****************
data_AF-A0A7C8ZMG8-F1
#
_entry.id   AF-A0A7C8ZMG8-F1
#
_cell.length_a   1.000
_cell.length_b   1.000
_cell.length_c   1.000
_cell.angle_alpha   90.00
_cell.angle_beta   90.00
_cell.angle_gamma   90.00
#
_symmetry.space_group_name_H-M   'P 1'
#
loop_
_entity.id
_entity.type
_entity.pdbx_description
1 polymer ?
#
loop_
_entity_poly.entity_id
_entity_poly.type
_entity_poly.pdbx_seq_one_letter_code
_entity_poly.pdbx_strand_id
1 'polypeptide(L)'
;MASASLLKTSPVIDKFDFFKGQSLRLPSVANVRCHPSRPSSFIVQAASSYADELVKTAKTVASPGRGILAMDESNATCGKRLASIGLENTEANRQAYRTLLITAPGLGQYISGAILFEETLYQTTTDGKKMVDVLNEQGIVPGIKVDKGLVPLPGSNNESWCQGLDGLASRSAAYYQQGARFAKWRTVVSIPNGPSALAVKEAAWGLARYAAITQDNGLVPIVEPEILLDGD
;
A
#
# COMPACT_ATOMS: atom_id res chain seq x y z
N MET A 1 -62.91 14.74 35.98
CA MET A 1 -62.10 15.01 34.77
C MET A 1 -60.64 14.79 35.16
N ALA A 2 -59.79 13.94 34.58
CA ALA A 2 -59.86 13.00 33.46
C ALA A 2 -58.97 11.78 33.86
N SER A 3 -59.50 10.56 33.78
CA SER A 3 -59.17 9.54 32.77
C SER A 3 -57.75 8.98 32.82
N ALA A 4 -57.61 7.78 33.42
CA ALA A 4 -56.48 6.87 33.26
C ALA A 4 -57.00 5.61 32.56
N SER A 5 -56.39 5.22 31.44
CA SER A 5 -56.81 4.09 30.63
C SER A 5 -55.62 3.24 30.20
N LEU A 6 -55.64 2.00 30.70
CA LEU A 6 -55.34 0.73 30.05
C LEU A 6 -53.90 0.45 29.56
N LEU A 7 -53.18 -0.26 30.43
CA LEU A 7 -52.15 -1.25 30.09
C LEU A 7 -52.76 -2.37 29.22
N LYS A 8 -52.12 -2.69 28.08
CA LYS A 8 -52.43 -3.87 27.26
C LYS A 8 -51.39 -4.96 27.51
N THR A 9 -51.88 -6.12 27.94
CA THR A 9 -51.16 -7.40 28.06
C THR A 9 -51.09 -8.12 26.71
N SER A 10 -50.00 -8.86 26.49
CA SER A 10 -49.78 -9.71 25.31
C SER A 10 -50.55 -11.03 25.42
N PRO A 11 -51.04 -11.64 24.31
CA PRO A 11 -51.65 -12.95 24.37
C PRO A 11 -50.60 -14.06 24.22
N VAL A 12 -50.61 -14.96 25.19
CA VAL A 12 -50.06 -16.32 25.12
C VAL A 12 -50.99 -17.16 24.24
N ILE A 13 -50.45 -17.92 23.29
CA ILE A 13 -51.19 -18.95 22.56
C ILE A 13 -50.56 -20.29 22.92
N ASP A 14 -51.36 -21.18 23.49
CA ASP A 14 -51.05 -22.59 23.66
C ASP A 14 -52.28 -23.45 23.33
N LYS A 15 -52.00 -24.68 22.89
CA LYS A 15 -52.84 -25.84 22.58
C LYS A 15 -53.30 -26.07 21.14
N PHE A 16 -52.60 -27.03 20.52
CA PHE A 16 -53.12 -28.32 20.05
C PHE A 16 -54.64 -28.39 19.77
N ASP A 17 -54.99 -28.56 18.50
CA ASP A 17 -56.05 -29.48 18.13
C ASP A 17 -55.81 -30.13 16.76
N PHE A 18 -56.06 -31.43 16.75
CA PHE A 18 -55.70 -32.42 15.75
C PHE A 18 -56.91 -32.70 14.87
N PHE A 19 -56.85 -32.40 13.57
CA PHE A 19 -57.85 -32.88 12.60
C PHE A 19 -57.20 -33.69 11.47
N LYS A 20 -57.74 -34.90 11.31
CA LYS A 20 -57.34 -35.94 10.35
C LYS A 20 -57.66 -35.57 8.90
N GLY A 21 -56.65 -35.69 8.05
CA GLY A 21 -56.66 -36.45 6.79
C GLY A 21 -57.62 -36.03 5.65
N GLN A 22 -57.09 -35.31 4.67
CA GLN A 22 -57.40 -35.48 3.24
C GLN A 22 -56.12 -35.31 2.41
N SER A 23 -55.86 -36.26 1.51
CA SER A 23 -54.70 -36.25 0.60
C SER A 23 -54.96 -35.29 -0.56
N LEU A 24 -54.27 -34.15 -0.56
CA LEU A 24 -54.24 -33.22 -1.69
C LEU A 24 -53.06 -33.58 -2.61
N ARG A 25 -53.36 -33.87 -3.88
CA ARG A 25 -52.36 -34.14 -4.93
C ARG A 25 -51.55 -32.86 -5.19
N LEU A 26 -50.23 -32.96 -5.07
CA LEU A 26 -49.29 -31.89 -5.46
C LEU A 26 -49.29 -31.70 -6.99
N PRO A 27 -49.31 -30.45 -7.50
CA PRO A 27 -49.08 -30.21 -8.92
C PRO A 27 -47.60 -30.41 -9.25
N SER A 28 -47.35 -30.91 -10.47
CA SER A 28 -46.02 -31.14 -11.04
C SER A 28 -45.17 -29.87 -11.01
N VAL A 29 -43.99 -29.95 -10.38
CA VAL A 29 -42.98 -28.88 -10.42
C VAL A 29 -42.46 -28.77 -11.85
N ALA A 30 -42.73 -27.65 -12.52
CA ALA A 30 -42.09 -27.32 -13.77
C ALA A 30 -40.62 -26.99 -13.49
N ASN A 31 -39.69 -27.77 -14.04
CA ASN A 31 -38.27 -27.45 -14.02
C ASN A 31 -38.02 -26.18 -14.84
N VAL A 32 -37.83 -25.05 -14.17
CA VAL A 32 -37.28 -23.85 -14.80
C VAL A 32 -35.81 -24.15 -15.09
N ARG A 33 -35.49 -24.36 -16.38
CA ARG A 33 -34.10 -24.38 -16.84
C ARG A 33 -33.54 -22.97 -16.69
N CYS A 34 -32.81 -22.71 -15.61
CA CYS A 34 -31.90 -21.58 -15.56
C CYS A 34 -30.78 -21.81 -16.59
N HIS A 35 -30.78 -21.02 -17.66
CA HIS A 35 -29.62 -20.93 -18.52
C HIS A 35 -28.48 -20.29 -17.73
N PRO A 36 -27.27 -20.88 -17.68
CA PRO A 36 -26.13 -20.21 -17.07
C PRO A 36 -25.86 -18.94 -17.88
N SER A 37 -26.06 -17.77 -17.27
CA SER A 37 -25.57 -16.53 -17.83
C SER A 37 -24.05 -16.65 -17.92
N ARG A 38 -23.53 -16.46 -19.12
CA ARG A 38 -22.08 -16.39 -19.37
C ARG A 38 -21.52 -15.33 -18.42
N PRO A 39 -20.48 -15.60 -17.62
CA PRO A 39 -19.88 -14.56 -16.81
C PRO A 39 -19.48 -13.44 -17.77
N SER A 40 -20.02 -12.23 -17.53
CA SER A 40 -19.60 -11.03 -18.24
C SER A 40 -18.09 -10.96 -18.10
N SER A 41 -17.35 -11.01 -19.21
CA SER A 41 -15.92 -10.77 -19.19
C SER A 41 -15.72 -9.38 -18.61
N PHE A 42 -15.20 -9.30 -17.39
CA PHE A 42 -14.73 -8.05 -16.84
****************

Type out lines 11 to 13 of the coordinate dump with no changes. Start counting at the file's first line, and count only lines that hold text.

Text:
#
_symmetry.space_group_name_H-M   'P 1'
#